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Now that one hears from more and more banks the information in the so-called discretionary loans to waive the usual market interest rates or at least appropriate planning in this direction, the question arises why banks actually want to do so. Is this perhaps the way to generally interest-free loans ? Maybe these interest-free loans have not existed long ago? We have investigated the question and would like to shed some light on this topic with this new article.
It is clear that banks in Germany generally ask for any kind of credit interest on the loan amount and for good reason, because these interest rates are a source of income for banks, from which among other things, the banking operation as such (staff, technical infrastructure, etc. ) is refinanced. In this respect, bank customers are accustomed, when taking out a loan, to repay the interest associated with this loan to the lending bank for the agreed repayment term. Anyone who has wondered why loan interest rates are always significantly higher than interest on savings deposits should be explained by the following: The difference between the interest earned by the bank on money lending and the interest paid by the bank through savings deposits is created as an interest margin and is decisive for the profit of a credit institution. Without this interest margin, a bank is basically not viable!
Many people associate the interest-free loan with a zero-percent financing, a private loan from a relative or, at best, an interest-free loan from the Employment Agency or BAföG, some of which are not interest-bearing Credit acts. Where, however, the classic installment loan from a branch or direct bank probably comes to the least people directly to mind. But that’s exactly the point: There are these classic installment loans from a bank really interest-free – the keyword here is: Islamic Banking!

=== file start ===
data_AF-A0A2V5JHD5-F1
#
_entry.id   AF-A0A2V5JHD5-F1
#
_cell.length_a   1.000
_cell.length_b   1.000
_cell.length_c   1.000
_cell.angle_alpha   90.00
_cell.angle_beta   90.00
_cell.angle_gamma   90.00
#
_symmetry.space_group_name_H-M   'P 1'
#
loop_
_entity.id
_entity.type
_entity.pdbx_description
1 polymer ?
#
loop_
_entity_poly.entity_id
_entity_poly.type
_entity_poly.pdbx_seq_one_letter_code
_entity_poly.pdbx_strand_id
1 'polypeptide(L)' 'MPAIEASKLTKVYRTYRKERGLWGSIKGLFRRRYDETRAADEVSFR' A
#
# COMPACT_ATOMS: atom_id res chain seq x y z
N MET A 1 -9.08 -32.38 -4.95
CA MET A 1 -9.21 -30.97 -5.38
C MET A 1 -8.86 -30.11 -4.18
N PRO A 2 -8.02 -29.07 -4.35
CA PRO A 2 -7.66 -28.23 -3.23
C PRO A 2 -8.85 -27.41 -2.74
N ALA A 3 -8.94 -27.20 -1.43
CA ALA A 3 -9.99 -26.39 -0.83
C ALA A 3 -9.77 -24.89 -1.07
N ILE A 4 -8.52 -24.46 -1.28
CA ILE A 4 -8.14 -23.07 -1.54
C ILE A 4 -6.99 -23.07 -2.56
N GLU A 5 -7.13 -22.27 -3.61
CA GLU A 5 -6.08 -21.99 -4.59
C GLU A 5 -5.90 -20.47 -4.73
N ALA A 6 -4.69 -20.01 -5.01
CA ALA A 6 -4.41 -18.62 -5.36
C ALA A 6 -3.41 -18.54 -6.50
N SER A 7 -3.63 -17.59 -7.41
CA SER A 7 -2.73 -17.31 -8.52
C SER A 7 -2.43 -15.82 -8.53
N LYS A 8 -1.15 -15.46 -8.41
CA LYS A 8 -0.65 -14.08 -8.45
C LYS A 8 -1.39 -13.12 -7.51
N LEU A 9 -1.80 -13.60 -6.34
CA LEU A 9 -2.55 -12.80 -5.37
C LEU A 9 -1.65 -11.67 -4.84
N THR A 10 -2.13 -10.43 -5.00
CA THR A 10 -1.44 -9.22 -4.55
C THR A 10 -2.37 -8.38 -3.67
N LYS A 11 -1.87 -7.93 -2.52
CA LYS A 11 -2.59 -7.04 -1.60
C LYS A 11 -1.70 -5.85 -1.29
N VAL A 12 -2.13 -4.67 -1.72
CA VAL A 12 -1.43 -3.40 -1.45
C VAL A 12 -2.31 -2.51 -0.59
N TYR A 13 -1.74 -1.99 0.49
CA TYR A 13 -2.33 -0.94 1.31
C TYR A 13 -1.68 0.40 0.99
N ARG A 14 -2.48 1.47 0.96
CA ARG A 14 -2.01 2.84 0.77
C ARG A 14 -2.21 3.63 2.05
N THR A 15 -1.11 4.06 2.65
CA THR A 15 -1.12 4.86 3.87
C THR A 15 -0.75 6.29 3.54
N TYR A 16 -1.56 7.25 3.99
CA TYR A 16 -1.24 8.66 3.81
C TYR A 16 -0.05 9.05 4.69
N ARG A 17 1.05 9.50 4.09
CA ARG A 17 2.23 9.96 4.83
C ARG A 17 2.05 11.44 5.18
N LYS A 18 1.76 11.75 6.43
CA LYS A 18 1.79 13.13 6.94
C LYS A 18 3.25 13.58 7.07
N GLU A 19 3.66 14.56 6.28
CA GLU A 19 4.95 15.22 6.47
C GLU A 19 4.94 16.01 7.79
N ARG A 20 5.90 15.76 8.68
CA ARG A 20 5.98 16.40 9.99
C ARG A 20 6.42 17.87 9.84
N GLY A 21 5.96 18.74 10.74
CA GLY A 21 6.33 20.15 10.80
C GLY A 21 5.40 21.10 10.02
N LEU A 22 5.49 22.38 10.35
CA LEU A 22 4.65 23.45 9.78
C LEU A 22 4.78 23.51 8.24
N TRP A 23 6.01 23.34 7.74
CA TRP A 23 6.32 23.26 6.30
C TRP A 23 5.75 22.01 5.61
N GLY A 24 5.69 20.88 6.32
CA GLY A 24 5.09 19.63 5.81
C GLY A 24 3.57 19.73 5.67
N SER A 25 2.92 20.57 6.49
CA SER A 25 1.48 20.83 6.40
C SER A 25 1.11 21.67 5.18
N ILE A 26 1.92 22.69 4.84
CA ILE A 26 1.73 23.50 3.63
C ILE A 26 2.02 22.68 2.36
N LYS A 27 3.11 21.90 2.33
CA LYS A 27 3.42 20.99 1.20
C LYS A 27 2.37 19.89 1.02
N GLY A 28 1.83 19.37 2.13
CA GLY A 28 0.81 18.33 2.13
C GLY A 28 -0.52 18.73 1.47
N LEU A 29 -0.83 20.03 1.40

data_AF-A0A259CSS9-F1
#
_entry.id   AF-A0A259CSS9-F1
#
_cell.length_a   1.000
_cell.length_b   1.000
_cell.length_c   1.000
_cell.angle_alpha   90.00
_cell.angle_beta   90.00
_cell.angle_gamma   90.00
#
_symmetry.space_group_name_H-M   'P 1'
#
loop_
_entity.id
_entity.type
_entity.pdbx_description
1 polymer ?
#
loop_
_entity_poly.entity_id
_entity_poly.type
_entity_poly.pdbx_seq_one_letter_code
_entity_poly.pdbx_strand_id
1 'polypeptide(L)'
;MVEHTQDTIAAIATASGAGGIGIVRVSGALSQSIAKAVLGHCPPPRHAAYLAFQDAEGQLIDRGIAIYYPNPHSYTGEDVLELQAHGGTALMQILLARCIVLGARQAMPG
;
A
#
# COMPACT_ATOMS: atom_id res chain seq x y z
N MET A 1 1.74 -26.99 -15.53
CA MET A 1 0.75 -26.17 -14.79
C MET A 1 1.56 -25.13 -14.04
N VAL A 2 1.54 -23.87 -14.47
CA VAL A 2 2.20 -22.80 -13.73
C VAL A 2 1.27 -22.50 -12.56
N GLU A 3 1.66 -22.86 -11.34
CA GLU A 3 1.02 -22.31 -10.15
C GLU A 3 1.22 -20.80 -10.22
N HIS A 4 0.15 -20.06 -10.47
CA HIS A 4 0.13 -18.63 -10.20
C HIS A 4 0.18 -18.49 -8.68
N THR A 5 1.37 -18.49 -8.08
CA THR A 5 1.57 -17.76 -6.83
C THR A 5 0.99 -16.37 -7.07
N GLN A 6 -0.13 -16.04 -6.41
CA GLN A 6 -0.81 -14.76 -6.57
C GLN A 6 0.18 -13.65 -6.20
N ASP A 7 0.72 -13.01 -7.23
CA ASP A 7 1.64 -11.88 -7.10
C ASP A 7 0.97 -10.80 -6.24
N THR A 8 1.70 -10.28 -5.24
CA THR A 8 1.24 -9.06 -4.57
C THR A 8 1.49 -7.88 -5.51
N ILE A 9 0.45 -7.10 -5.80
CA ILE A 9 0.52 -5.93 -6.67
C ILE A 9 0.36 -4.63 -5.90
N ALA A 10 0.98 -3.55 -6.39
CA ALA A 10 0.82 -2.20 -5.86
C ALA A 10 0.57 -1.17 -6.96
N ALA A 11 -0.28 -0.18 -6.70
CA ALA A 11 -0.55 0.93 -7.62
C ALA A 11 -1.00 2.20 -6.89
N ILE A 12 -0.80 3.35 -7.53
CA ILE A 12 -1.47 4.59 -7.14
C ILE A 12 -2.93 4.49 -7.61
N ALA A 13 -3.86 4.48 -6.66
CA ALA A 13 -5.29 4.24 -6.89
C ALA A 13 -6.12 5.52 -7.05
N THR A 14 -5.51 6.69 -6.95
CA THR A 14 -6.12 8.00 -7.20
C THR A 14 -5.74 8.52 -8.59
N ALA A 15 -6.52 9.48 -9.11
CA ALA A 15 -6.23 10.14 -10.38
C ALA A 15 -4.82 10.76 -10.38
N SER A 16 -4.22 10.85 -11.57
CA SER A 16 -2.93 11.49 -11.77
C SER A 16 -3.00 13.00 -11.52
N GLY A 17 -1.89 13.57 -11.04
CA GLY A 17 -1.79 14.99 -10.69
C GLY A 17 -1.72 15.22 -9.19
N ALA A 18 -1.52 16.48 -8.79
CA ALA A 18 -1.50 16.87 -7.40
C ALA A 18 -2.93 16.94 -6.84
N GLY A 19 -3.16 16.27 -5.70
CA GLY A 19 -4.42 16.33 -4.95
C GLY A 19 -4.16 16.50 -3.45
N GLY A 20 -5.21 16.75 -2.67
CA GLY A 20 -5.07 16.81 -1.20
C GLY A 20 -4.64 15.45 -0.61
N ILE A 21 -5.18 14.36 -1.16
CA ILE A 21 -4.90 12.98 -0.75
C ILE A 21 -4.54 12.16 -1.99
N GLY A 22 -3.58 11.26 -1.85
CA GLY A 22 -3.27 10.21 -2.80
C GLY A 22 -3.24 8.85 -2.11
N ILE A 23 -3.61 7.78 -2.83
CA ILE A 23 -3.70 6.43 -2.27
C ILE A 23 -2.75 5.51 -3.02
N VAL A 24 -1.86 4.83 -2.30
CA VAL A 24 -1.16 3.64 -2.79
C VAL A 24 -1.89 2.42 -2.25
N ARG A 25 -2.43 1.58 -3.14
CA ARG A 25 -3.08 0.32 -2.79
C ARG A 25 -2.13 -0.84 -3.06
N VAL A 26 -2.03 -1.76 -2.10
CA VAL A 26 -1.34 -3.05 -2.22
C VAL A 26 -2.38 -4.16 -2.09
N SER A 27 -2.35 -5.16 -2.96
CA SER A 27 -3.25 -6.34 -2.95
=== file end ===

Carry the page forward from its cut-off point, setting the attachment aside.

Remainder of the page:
How does the interest-free loan work?
Islamic banking follows a rather simple but deep-rooted rule: interest is prohibited! And so banks that are committed to Islamic banking, loans to Muslims as well as non-Muslims forgive basically interest-free. However, the question arises as to how such a bank can survive financially due to the loss of interest income? The solution is as simple as it is effective: when lending, the bank also acts as a dealer for the goods to be financed.
In practice, this is how it works: the bank first acquires the good that a consumer wants to finance through a loan – for example a new car, a real estate or even an electrical appliance – directly from the provider and then sells the good to the borrower. The desired profit for the bank arises from the fact that the bank levies a so-called financing or profit premium in addition to the actual acquisition value. This profit increase basically corresponds to an interest in its function. For the consumer, this does not change anything, because he simply pays the bank rates agreed with the bank.
More about this interesting topic can be found here
Even though there are not too many financial institutions operating in Germany under the aspect of Islamic banking, non-interest-bearing loans are a real financial service and do not refer solely to an interest-free trade credit.